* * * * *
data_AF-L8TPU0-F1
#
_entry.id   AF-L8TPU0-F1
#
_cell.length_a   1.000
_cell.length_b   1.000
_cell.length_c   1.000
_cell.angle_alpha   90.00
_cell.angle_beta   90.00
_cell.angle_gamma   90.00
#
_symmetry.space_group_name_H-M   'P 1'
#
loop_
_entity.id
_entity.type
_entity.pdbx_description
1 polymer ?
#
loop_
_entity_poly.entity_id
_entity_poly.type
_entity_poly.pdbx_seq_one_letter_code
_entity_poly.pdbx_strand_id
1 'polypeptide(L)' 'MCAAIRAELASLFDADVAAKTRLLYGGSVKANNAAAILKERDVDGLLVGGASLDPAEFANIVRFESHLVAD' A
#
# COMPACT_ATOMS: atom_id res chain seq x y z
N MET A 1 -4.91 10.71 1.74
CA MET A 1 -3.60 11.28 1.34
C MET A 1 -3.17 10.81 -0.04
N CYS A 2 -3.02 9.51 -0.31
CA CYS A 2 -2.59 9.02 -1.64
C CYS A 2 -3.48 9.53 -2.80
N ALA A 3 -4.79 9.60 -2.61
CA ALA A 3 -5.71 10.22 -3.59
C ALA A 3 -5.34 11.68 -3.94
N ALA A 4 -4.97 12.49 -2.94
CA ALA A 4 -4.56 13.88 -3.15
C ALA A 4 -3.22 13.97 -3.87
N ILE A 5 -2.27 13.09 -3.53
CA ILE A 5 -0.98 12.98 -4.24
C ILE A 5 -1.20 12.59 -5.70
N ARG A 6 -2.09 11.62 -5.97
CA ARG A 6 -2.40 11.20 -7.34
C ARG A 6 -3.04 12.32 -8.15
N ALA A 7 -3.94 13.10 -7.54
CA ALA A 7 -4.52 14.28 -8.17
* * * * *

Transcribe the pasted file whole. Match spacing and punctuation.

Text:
data_AF-L8TPU0-F1
#
_entry.id   AF-L8TPU0-F1
#
_cell.length_a   1.000
_cell.length_b   1.000
_cell.length_c   1.000
_cell.angle_alpha   90.00
_cell.angle_beta   90.00
_cell.angle_gamma   90.00
#
_symmetry.space_group_name_H-M   'P 1'
#
loop_
_entity.id
_entity.type
_entity.pdbx_description
1 polymer ?
#
loop_
_entity_poly.entity_id
_entity_poly.type
_entity_poly.pdbx_seq_one_letter_code
_entity_poly.pdbx_strand_id
1 'polypeptide(L)' 'MCAAIRAELASLFDADVAAKTRLLYGGSVKANNAAAILKERDVDGLLVGGASLDPAEFANIVRFESHLVAD' A
#
# COMPACT_ATOMS: atom_id res chain seq x y z
N MET A 1 -4.91 10.71 1.74
CA MET A 1 -3.60 11.28 1.34
C MET A 1 -3.17 10.81 -0.04
N CYS A 2 -3.02 9.51 -0.31
CA CYS A 2 -2.59 9.02 -1.64
C CYS A 2 -3.48 9.53 -2.80
N ALA A 3 -4.79 9.60 -2.61
CA ALA A 3 -5.71 10.22 -3.59
C ALA A 3 -5.34 11.68 -3.94
N ALA A 4 -4.97 12.49 -2.94
CA ALA A 4 -4.56 13.88 -3.15
C ALA A 4 -3.22 13.97 -3.87
N ILE A 5 -2.27 13.09 -3.53
CA ILE A 5 -0.98 12.98 -4.24
C ILE A 5 -1.20 12.59 -5.70
N ARG A 6 -2.09 11.62 -5.97
CA ARG A 6 -2.40 11.20 -7.34
C ARG A 6 -3.04 12.32 -8.15
N ALA A 7 -3.94 13.10 -7.54
CA ALA A 7 -4.52 14.28 -8.17